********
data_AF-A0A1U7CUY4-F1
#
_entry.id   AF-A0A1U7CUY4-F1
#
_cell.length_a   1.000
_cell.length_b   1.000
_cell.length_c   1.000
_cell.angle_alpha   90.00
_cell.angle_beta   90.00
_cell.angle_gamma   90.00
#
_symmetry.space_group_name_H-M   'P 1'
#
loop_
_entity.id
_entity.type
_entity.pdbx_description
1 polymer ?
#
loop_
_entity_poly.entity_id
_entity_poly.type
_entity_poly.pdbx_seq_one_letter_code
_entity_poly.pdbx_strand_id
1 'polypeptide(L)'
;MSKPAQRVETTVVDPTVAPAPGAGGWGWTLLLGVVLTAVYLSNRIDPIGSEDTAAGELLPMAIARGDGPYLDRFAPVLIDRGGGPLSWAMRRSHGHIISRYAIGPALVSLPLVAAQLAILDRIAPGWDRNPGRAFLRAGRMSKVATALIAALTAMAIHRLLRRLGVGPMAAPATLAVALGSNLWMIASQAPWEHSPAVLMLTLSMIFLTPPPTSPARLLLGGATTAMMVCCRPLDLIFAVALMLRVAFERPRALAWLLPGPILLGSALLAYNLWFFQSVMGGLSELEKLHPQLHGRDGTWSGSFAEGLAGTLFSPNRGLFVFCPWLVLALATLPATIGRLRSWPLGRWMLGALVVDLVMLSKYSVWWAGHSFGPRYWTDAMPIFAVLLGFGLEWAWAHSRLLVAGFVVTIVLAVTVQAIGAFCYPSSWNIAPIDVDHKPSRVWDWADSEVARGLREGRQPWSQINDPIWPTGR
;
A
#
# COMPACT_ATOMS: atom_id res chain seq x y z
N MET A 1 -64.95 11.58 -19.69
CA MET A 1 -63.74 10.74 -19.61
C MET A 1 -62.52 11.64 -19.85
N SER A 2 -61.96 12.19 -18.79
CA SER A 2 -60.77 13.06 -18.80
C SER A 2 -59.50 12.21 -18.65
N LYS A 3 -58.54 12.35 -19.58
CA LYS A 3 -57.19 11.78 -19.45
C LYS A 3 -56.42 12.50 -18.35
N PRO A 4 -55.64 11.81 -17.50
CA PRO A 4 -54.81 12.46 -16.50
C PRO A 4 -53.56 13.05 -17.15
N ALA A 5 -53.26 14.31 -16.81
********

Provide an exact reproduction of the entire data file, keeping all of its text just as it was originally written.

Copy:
data_AF-A0A1U7CUY4-F1
#
_entry.id   AF-A0A1U7CUY4-F1
#
_cell.length_a   1.000
_cell.length_b   1.000
_cell.length_c   1.000
_cell.angle_alpha   90.00
_cell.angle_beta   90.00
_cell.angle_gamma   90.00
#
_symmetry.space_group_name_H-M   'P 1'
#
loop_
_entity.id
_entity.type
_entity.pdbx_description
1 polymer ?
#
loop_
_entity_poly.entity_id
_entity_poly.type
_entity_poly.pdbx_seq_one_letter_code
_entity_poly.pdbx_strand_id
1 'polypeptide(L)'
;MSKPAQRVETTVVDPTVAPAPGAGGWGWTLLLGVVLTAVYLSNRIDPIGSEDTAAGELLPMAIARGDGPYLDRFAPVLIDRGGGPLSWAMRRSHGHIISRYAIGPALVSLPLVAAQLAILDRIAPGWDRNPGRAFLRAGRMSKVATALIAALTAMAIHRLLRRLGVGPMAAPATLAVALGSNLWMIASQAPWEHSPAVLMLTLSMIFLTPPPTSPARLLLGGATTAMMVCCRPLDLIFAVALMLRVAFERPRALAWLLPGPILLGSALLAYNLWFFQSVMGGLSELEKLHPQLHGRDGTWSGSFAEGLAGTLFSPNRGLFVFCPWLVLALATLPATIGRLRSWPLGRWMLGALVVDLVMLSKYSVWWAGHSFGPRYWTDAMPIFAVLLGFGLEWAWAHSRLLVAGFVVTIVLAVTVQAIGAFCYPSSWNIAPIDVDHKPSRVWDWADSEVARGLREGRQPWSQINDPIWPTGR
;
A
#
# COMPACT_ATOMS: atom_id res chain seq x y z
N MET A 1 -64.95 11.58 -19.69
CA MET A 1 -63.74 10.74 -19.61
C MET A 1 -62.52 11.64 -19.85
N SER A 2 -61.96 12.19 -18.79
CA SER A 2 -60.77 13.06 -18.80
C SER A 2 -59.50 12.21 -18.65
N LYS A 3 -58.54 12.35 -19.58
CA LYS A 3 -57.19 11.78 -19.45
C LYS A 3 -56.42 12.50 -18.35
N PRO A 4 -55.64 11.81 -17.50
CA PRO A 4 -54.81 12.46 -16.50
C PRO A 4 -53.56 13.05 -17.15
N ALA A 5 -53.26 14.31 -16.81